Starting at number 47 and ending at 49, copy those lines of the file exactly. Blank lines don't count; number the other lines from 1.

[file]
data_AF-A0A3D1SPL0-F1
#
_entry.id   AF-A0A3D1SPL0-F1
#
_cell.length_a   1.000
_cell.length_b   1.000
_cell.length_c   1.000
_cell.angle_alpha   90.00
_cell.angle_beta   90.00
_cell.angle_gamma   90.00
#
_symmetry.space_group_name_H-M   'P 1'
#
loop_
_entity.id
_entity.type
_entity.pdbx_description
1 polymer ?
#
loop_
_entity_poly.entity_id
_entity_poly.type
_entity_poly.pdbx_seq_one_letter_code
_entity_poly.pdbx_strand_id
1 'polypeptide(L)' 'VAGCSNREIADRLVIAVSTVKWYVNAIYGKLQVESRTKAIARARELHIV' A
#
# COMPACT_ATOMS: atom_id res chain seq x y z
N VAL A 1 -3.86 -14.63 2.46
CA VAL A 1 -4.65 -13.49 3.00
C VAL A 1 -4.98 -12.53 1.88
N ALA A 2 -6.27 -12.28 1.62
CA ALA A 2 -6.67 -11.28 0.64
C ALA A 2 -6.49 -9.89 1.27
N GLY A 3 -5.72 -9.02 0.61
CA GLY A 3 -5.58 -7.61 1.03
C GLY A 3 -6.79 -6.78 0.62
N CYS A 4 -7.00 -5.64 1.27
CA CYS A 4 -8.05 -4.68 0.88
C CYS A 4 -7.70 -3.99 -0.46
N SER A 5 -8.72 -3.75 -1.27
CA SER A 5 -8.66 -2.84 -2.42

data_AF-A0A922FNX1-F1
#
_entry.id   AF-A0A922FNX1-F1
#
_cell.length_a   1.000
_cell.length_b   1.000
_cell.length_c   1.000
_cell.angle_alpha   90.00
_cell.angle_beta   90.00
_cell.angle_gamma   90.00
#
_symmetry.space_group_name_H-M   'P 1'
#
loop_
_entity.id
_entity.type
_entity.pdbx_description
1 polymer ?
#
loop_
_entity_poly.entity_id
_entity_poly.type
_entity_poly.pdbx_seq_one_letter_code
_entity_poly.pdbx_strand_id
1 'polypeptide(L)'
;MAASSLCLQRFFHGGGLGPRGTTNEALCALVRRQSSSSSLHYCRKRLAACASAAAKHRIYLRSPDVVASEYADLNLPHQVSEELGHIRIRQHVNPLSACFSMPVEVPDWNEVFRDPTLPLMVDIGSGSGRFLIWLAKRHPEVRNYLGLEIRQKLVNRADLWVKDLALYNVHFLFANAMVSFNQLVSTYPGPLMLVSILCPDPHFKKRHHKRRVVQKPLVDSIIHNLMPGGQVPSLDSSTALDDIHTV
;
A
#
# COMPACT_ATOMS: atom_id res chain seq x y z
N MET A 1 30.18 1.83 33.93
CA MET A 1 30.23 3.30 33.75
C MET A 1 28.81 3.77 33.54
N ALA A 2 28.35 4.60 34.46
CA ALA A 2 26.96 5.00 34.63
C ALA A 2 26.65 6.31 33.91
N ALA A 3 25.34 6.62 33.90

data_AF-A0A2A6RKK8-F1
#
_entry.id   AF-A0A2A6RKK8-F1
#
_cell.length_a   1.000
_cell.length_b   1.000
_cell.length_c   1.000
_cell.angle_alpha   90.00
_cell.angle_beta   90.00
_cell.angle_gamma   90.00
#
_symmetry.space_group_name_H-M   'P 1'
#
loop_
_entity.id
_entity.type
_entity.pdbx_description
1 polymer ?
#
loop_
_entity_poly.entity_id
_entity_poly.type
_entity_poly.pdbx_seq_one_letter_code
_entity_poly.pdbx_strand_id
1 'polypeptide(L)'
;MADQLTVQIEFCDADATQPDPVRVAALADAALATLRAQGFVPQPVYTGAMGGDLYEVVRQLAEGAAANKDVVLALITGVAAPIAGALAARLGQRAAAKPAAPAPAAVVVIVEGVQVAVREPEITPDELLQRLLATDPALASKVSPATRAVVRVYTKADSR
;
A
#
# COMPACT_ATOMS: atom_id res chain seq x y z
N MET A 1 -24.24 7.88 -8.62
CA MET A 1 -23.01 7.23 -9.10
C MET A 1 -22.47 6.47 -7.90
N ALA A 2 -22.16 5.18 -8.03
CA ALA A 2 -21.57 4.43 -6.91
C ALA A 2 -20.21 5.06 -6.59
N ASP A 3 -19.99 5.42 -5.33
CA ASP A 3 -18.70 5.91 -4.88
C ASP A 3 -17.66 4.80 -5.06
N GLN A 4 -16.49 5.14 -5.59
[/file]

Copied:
_cell.length_b   1.000
_cell.length_c   1.000
_cell.angle_alpha   90.00